• "Shaggy Dog" Story: If Kara left Alice behind at the recycling plant but Markus's violent revolution succeeded, the recycling plant will be liberated off-screen and Alice will be shown to be watching Markus's speech. Kara will awaken in the garbage dump lamenting Alice and will stop in the streets when she sees an ad for her android model, unaware that she survived.
  • That Thing Is Not My Child!: Depending on how you play her, this can be an interpretation of why Kara can choose to act colder towards Alice after her Robotic Reveal, to the point that she can leave her behind at the recycling plant in the ending.
  • Undying Loyalty: She displays (and can even swear) this to Alice, her adoptive daughter of sorts. It gets put to the test when she finally admits to herself that Alice is actually an android, not the human kid she treated her as for most of the game. It's up to the player whether Kara fully assumes the role of Alice's mother or distances herself from her.
  • Weak, but Skilled: Kara is not nearly as strong as Markus or Connor, but it doesn't prevent her from taking down trained soldiers.
  • We Cannot Go On Without You: In any level before the ending in which either Alice or Kara dies, the other will die too.
  • We Hardly Knew Ye: It's entirely possible to get her killed in her second chapter, cutting short any characterization beyond "obedient Robot Maid". Naturally, that's not how her story is supposed to pan out, and you have to actively refuse to play to get this Downer Ending.
  • What Happened to the Mouse?: Posthumous example. If Connor choose to chase Kara and Alice on the highway and you did the best for Connor's QTE but not for Kara's, Kara and Alice will die here. This should've meant that DPD retrieved their corpses and kept them in the evidence room like they always did to other deviants' corpses, but Kara and Alice's corpses won't appear there in "Last Chance, Connor."
  • What Measure Is a Non-Human?: Inverted near the end when she, Alice and possibly Luther need bus tickets to cross the Canadian border. To save her android family, you can decide to let Kara keep the tickets a human mother lost by accident, thus potentially dooming said mother, her husband and their toddler to death by exposure in the winter cold. It's such a serious question that the game asks you twice if you want to go through with it, and neither Kara nor Alice are happy about it if you do. Unfortunately, it's the only way you have if you want Kara's whole group to survive.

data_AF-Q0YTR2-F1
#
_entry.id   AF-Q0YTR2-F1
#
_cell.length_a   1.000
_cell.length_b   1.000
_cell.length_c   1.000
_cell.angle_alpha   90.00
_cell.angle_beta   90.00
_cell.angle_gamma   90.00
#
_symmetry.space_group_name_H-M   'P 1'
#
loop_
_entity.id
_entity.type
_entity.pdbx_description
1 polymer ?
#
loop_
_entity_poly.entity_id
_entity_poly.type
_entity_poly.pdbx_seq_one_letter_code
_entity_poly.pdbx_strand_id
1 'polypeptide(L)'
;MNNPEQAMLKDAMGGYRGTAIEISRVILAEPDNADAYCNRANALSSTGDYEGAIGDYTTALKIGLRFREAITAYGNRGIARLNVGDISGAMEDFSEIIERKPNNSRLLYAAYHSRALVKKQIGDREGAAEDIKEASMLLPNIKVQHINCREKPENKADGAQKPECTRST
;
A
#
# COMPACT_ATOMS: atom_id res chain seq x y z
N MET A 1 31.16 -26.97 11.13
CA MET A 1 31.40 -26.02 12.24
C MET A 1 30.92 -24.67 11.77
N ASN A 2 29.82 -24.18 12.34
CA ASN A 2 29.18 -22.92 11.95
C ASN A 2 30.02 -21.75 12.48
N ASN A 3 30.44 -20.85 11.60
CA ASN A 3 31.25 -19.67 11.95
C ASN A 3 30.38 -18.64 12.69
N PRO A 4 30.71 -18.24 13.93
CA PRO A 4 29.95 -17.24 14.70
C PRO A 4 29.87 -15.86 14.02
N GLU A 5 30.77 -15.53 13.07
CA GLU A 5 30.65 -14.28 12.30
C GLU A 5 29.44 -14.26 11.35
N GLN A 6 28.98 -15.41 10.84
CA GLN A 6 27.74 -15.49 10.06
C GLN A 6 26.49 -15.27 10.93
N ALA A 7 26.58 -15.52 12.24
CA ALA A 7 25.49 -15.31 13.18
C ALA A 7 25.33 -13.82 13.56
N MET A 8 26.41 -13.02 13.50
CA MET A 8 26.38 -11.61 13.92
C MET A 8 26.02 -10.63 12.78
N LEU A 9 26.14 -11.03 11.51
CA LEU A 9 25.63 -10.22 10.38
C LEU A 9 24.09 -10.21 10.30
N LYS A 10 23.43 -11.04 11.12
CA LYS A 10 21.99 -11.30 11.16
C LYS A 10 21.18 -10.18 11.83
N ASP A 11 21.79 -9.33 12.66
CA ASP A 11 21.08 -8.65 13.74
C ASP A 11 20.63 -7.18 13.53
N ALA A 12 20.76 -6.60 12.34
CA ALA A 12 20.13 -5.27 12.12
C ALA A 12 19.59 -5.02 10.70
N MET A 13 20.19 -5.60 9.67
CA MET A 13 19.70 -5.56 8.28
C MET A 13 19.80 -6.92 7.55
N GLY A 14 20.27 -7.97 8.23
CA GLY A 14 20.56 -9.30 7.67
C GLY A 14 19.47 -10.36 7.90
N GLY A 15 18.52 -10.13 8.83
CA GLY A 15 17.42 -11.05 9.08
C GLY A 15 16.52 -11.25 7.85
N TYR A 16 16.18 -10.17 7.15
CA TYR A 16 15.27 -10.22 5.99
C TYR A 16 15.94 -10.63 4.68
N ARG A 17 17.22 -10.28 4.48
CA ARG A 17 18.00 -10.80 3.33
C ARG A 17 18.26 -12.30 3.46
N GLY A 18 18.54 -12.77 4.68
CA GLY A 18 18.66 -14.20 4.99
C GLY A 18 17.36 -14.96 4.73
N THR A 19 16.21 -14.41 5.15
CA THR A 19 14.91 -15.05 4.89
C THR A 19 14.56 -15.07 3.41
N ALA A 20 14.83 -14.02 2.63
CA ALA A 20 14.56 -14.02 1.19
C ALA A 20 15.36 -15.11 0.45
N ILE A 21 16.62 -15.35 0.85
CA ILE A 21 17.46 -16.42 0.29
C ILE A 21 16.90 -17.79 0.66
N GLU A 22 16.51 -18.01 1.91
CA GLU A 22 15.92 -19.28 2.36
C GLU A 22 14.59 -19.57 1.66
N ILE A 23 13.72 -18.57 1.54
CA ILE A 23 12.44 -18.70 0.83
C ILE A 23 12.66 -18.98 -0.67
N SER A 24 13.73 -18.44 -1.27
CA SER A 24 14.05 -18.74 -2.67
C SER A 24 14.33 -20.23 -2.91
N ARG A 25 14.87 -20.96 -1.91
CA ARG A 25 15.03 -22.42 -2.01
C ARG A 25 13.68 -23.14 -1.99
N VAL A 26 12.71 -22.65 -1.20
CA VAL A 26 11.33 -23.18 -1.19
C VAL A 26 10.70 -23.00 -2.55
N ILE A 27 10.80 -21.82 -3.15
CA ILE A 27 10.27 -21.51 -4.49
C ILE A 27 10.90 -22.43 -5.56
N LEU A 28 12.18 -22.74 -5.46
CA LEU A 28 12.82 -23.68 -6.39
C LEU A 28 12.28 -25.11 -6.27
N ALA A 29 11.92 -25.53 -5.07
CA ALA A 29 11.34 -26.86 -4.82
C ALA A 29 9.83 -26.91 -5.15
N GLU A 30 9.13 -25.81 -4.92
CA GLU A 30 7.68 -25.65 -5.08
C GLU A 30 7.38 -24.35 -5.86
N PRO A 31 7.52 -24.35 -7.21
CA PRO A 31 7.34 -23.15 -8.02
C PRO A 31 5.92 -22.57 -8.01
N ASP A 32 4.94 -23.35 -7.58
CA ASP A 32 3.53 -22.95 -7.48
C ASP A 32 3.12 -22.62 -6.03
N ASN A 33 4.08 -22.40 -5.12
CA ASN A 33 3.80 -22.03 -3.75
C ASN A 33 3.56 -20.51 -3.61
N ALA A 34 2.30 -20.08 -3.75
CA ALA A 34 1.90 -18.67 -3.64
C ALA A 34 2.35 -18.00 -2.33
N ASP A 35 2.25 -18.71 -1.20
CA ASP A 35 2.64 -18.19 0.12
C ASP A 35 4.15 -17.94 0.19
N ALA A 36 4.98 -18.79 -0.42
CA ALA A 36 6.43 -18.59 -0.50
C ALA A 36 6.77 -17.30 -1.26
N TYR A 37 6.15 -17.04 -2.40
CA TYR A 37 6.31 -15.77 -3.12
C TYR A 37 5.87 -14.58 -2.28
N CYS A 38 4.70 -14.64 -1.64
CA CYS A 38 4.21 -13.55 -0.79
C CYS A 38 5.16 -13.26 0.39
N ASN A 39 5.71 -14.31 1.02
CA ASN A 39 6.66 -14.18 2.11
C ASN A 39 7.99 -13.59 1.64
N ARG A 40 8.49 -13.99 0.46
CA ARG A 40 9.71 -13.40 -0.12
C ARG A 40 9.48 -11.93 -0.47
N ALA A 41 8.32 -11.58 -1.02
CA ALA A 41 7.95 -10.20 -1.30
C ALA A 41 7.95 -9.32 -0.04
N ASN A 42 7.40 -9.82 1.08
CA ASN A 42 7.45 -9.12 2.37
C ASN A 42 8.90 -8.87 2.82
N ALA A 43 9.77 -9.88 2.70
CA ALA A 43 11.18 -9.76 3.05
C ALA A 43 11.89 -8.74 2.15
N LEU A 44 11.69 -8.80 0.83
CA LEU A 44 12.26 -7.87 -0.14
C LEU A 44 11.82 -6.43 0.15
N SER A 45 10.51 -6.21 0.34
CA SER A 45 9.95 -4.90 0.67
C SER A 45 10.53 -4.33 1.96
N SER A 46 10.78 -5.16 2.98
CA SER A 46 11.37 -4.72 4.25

• What the Hell, Hero?: The game will give you this if you choose to have Kara abandon Alice at the recycling plant to save herself, giving you a post-credits scene of Kara living the rest of her days in Detroit, stopping in her tracks when she sees a loose ad pamphlet of Alice's android model on the sidewalk.
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     Connor 

Connor | Portrayed by: Bryan Dechart (English), Donald Reignoux (French), Eiji Hanawa (Japanese), José Gilberto Vilchis (Latin American Spanish), David Robles (European Spanish), Nico Sablik (German)

https://static.tvtropes.org/pmwiki/pub/images/detroit_connor.png
How far will I go to be loyal?

Model: RK800

"I'm whatever you want me to be, Lieutenant. Your partner, your buddy to drink with, or just a machine... designed to accomplish a task."

An advanced police model android tasked with hunting down androids that have mysteriously deviated from their programmed behavior.


  • Adorkable: His attempts at trying to strike up a conversation with Hank are endearingly awkward. Justified, as an android detective his skills at analyzing people don't translate well as people skills.
  • Alas, Poor Villain: Connor, if The Heavy at the end, becomes an utter monster who will kill anyone in his way just to stay loyal to humanity, but his possible deaths are still sad to watch, since in the end he is simply doing what he is programmed to do.